Parkinson's patient to take legal action against hospital trust after brain op

Keith Bastable. Pic - FBC Manby Bowdler <i>(Image: FBC Manby Bowdler)</i>
Keith Bastable. Pic - FBC Manby Bowdler (Image: FBC Manby Bowdler)

A PARKINSON’S sufferer from Brierley Hill who was left with bad side effects from failed brain surgery is to take legal action against the hospital responsible.

Keith Bastable claims the side effects he suffered from failed deep brain stimulation surgery at the Queen Elizabeth Hospital in Birmingham were worse than the original Parkinson’s symptoms.

Michael Portman-Hann, of law firm FBC Manby Bowdler’s clinical negligence team, who is supporting Mr Bastable, said lawyers representing the hospital admitted Mr Bastable received “sub-standard” care in April 2019, for which they have apologised.

Deep brain stimulation (DBS) involves implanting electrodes into specific areas of the brain, which produce electrical impulses to try to control and reduce the symptoms of a range of conditions, including epilepsy and Parkinson’s disease.

Mr Portman-Hann said: “The electrodes were not inserted in the correct part of Mr Bastable’s brain, which rendered the treatment ineffective.

“Unfortunately, he suffered some side-effects as a result which have affected him more than the original Parkinson's symptoms.

“The treatment left him needing further surgery to remove the original electrodes, and the whole experience has caused a huge amount of unnecessary stress and trauma.”

Mr Portman-Hann said Mr Bastable was not the only patient at the QE to have been affected, and the DBS surgery service had been subject to a full review involving more than 20 cases.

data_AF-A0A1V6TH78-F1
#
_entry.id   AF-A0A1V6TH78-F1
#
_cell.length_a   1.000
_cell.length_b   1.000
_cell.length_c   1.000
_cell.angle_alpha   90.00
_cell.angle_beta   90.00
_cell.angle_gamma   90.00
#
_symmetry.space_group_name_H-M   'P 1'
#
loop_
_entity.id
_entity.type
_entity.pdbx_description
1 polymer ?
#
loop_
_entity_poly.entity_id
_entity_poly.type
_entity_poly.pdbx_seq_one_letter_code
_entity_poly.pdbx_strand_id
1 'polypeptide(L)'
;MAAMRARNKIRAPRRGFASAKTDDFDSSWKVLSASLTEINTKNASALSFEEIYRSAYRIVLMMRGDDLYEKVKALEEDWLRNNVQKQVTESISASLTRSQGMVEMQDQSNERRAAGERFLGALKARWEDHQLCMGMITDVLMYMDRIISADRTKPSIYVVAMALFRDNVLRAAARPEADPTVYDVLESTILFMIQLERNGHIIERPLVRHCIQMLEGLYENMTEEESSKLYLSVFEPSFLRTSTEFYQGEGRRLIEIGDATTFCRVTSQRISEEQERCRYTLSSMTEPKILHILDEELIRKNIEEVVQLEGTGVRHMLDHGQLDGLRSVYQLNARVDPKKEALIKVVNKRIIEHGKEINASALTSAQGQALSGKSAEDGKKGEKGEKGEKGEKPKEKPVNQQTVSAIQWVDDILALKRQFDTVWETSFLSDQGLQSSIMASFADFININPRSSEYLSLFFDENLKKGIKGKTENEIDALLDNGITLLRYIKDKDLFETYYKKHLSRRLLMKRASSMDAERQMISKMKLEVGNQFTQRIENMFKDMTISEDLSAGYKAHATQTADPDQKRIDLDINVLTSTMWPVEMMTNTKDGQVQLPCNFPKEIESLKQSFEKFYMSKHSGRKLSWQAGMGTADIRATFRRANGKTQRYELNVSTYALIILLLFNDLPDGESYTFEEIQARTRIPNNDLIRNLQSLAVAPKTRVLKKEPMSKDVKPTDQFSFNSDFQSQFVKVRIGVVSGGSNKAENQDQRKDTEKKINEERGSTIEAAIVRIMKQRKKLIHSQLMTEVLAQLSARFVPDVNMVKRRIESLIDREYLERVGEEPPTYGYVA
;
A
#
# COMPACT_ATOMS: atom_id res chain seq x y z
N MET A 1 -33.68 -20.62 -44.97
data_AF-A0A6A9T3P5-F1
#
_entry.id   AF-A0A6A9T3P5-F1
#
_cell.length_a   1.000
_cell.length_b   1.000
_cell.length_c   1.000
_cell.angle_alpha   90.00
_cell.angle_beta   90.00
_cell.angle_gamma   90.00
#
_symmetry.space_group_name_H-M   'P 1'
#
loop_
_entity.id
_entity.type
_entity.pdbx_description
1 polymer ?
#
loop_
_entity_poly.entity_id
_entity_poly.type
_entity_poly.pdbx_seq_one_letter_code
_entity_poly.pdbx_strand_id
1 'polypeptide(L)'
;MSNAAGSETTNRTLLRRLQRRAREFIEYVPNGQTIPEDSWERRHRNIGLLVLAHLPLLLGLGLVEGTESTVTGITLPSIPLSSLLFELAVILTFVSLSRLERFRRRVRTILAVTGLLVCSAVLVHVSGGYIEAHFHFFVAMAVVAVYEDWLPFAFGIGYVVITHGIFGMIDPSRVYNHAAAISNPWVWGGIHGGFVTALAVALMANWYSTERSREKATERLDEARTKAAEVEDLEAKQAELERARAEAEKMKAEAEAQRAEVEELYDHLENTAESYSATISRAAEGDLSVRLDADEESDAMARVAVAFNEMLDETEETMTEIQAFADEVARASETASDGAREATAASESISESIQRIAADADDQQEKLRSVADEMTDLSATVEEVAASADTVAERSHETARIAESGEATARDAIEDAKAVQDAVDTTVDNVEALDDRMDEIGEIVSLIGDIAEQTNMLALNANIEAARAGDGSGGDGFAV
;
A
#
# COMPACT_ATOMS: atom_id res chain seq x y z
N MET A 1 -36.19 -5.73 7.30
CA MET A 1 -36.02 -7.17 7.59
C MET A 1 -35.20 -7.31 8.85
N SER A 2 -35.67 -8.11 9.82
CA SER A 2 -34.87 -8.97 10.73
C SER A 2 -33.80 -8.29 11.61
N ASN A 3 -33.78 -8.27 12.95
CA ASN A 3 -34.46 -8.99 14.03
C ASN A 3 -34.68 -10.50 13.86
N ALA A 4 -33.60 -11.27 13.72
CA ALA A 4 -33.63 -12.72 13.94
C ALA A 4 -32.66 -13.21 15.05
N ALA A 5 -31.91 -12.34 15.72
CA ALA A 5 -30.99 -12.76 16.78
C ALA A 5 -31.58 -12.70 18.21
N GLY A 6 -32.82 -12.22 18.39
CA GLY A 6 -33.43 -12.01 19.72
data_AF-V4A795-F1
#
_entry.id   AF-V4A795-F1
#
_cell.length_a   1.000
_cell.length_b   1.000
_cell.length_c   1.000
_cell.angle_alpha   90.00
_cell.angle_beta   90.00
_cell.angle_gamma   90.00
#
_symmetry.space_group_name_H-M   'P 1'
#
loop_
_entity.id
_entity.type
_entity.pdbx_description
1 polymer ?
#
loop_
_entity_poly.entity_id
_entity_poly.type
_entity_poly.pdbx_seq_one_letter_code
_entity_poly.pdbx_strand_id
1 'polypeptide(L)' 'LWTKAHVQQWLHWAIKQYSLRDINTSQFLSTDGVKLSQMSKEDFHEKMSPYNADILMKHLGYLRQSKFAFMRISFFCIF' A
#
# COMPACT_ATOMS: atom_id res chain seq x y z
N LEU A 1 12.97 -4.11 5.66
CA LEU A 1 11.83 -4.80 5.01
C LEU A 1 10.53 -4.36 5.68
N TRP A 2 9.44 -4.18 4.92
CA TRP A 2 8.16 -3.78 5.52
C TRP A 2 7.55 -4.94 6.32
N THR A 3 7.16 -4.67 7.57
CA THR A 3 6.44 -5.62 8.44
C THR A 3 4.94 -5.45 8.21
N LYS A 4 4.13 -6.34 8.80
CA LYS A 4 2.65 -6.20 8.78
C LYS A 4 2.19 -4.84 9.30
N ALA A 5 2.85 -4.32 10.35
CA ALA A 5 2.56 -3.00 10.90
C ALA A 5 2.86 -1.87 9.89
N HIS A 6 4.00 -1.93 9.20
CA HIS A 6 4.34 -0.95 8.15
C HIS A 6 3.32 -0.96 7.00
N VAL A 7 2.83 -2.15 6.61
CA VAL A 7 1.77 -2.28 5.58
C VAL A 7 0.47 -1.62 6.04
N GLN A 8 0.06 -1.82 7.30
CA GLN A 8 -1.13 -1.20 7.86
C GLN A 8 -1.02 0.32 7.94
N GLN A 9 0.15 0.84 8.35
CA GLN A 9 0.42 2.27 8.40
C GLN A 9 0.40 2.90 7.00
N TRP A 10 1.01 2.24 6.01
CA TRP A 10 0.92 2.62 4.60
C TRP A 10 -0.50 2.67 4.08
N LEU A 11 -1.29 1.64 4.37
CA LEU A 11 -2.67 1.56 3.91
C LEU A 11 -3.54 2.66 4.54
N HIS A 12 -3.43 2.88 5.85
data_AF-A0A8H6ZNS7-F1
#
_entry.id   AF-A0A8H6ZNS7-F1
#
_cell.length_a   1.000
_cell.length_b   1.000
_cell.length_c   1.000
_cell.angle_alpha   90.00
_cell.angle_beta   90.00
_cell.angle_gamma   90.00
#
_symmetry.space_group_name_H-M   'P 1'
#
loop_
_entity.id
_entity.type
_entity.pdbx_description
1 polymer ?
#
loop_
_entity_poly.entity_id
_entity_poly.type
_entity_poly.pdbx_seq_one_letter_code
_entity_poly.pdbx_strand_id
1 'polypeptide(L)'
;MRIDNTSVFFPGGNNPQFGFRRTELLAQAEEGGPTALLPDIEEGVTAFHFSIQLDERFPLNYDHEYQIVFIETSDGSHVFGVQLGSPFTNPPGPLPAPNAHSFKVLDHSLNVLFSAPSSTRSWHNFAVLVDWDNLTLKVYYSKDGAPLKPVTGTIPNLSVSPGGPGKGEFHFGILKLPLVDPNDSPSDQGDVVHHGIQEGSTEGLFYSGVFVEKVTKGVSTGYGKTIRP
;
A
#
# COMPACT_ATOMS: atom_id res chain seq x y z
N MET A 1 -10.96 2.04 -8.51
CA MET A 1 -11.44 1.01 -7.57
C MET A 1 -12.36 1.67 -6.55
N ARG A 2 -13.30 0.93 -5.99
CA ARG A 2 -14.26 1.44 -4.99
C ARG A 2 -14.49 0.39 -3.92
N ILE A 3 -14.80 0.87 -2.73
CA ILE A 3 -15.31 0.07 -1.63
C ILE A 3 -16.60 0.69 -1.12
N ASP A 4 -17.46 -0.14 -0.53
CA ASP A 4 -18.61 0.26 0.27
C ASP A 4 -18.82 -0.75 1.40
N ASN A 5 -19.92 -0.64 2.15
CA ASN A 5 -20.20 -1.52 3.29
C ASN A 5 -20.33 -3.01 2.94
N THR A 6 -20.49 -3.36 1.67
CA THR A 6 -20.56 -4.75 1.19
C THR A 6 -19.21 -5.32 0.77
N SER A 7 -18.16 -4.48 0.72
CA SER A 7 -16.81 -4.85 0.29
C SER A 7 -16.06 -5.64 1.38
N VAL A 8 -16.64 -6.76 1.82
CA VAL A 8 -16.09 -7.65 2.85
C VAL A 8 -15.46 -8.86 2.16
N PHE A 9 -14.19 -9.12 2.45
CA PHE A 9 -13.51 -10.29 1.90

He said: “All patients who received DBS treatment between 2017 and 2019 have had their cases reviewed as a result of concerns about treatment and outcomes, and the results were damning.

“The inquiry found that most patients had little or no benefit from DBS, and many have suffered as a result of the treatment.

“It also said there had been unacceptable delays in responding to patient concerns.

“The inquiry panel said the problems were most likely due to poor team working, and a neurosurgeon whose technique was poor and failed to change in response to poor results. The team failed to identify the problem early, to continuously improve, and keep up to date with best practice.

“We understand the inquiry is now looking into patients who underwent DBS prior to 2017, and we are therefore currently unaware of how many patients have been affected by this issue.

“We are supporting Mr Bastable to hold the trust to account for the failures in his care, which were allowed to continue even after it was recognised that patient outcomes were poor. We are now pursuing a clinical negligence case against University Hospitals Birmingham NHS Foundation Trust.”

Anyone who thinks they might be affected can contact Michael Portman-Hann at FBC Manby Bowdler on 01902 297415 or email

The DBS service at the QE has now been suspended.

University Hospitals Birmingham NHS Foundation Trust, which runs the QE, said in a statement: “The Trust is committed to providing high-quality healthcare for all its patients and we are deeply sorry that we did not deliver this for many patients undergoing deep brain stimulation for their movement disorder."

The statement said the trust had "learned a great deal" from an independent report into the failings and it added: “Our neurosciences team and senior management have already taken steps to make vital improvements, based on the clear recommendations in the report, that will shape the way that the service is safely delivered in future.”